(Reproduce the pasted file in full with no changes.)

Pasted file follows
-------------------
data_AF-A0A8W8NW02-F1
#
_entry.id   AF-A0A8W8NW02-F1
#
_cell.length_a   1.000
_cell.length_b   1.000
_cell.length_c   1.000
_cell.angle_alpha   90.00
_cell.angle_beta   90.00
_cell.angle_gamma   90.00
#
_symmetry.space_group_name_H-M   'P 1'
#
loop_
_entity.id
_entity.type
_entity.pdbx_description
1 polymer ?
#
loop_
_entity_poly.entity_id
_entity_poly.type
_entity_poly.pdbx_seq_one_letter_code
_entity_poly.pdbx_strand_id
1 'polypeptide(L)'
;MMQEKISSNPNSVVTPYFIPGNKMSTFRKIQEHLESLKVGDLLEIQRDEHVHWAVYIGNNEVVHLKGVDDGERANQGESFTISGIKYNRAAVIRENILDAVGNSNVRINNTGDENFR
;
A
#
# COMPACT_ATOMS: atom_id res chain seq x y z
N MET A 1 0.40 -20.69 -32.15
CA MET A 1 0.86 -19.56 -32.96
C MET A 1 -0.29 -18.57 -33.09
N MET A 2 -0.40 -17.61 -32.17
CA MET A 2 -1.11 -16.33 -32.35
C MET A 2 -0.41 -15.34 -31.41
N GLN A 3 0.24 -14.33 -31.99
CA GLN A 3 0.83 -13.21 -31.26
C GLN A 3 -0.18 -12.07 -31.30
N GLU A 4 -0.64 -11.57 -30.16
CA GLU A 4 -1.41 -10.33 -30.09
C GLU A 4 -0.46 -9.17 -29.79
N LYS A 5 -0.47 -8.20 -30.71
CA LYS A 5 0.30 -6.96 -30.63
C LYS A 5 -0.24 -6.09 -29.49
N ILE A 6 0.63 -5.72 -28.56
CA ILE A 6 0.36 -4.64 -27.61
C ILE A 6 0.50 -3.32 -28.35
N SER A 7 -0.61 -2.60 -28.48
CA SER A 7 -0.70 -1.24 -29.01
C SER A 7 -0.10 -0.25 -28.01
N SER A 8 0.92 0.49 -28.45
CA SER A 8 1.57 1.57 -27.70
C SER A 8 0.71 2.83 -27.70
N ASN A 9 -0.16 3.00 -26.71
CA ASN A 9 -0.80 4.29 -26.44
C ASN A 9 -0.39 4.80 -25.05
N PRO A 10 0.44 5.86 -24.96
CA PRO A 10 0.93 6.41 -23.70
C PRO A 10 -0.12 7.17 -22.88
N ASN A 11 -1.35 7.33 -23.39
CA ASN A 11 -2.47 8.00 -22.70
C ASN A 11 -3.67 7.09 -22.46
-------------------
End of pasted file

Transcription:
data_AF-A0A8W8NW02-F1
#
_entry.id   AF-A0A8W8NW02-F1
#
_cell.length_a   1.000
_cell.length_b   1.000
_cell.length_c   1.000
_cell.angle_alpha   90.00
_cell.angle_beta   90.00
_cell.angle_gamma   90.00
#
_symmetry.space_group_name_H-M   'P 1'
#
loop_
_entity.id
_entity.type
_entity.pdbx_description
1 polymer ?
#
loop_
_entity_poly.entity_id
_entity_poly.type
_entity_poly.pdbx_seq_one_letter_code
_entity_poly.pdbx_strand_id
1 'polypeptide(L)'
;MMQEKISSNPNSVVTPYFIPGNKMSTFRKIQEHLESLKVGDLLEIQRDEHVHWAVYIGNNEVVHLKGVDDGERANQGESFTISGIKYNRAAVIRENILDAVGNSNVRINNTGDENFR
;
A
#
# COMPACT_ATOMS: atom_id res chain seq x y z
N MET A 1 0.40 -20.69 -32.15
CA MET A 1 0.86 -19.56 -32.96
C MET A 1 -0.29 -18.57 -33.09
N MET A 2 -0.40 -17.61 -32.17
CA MET A 2 -1.11 -16.33 -32.35
C MET A 2 -0.41 -15.34 -31.41
N GLN A 3 0.24 -14.33 -31.99
CA GLN A 3 0.83 -13.21 -31.26
C GLN A 3 -0.18 -12.07 -31.30
N GLU A 4 -0.64 -11.57 -30.16
CA GLU A 4 -1.41 -10.33 -30.09
C GLU A 4 -0.46 -9.17 -29.79
N LYS A 5 -0.47 -8.20 -30.71
CA LYS A 5 0.30 -6.96 -30.63
C LYS A 5 -0.24 -6.09 -29.49
N ILE A 6 0.63 -5.72 -28.56
CA ILE A 6 0.36 -4.64 -27.61
C ILE A 6 0.50 -3.32 -28.35
N SER A 7 -0.61 -2.60 -28.48
CA SER A 7 -0.70 -1.24 -29.01
C SER A 7 -0.10 -0.25 -28.01
N SER A 8 0.92 0.49 -28.45
CA SER A 8 1.57 1.57 -27.70
C SER A 8 0.71 2.83 -27.70
N ASN A 9 -0.16 3.00 -26.71
CA ASN A 9 -0.80 4.29 -26.44
C ASN A 9 -0.39 4.80 -25.05
N PRO A 10 0.44 5.86 -24.96
CA PRO A 10 0.93 6.41 -23.70
C PRO A 10 -0.12 7.17 -22.88
N ASN A 11 -1.35 7.33 -23.39
CA ASN A 11 -2.47 8.00 -22.70
C ASN A 11 -3.67 7.09 -22.46